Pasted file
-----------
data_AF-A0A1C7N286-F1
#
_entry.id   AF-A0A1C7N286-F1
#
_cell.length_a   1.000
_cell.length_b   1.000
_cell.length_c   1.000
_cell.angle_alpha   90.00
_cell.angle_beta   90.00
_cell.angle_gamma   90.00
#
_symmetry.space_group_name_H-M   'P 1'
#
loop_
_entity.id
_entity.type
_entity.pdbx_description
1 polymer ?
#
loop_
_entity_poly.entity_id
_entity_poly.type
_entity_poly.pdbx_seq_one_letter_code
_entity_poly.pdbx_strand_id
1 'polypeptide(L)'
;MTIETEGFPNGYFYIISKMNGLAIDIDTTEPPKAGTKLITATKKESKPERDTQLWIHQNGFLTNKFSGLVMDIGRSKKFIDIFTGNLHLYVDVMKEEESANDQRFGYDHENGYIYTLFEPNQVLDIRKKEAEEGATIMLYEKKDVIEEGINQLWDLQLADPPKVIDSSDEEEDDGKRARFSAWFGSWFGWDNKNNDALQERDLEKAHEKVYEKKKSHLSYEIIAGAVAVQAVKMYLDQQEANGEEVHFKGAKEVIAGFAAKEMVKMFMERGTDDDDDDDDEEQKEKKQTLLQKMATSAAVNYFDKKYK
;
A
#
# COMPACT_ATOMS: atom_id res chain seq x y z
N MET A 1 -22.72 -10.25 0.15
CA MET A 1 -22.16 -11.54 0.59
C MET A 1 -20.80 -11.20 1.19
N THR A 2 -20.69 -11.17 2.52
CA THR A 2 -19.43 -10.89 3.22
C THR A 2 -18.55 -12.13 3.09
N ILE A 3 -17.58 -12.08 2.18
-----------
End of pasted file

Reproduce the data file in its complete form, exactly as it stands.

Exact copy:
data_AF-A0A1C7N286-F1
#
_entry.id   AF-A0A1C7N286-F1
#
_cell.length_a   1.000
_cell.length_b   1.000
_cell.length_c   1.000
_cell.angle_alpha   90.00
_cell.angle_beta   90.00
_cell.angle_gamma   90.00
#
_symmetry.space_group_name_H-M   'P 1'
#
loop_
_entity.id
_entity.type
_entity.pdbx_description
1 polymer ?
#
loop_
_entity_poly.entity_id
_entity_poly.type
_entity_poly.pdbx_seq_one_letter_code
_entity_poly.pdbx_strand_id
1 'polypeptide(L)'
;MTIETEGFPNGYFYIISKMNGLAIDIDTTEPPKAGTKLITATKKESKPERDTQLWIHQNGFLTNKFSGLVMDIGRSKKFIDIFTGNLHLYVDVMKEEESANDQRFGYDHENGYIYTLFEPNQVLDIRKKEAEEGATIMLYEKKDVIEEGINQLWDLQLADPPKVIDSSDEEEDDGKRARFSAWFGSWFGWDNKNNDALQERDLEKAHEKVYEKKKSHLSYEIIAGAVAVQAVKMYLDQQEANGEEVHFKGAKEVIAGFAAKEMVKMFMERGTDDDDDDDDEEQKEKKQTLLQKMATSAAVNYFDKKYK
;
A
#
# COMPACT_ATOMS: atom_id res chain seq x y z
N MET A 1 -22.72 -10.25 0.15
CA MET A 1 -22.16 -11.54 0.59
C MET A 1 -20.80 -11.20 1.19
N THR A 2 -20.69 -11.17 2.52
CA THR A 2 -19.43 -10.89 3.22
C THR A 2 -18.55 -12.13 3.09
N ILE A 3 -17.58 -12.08 2.18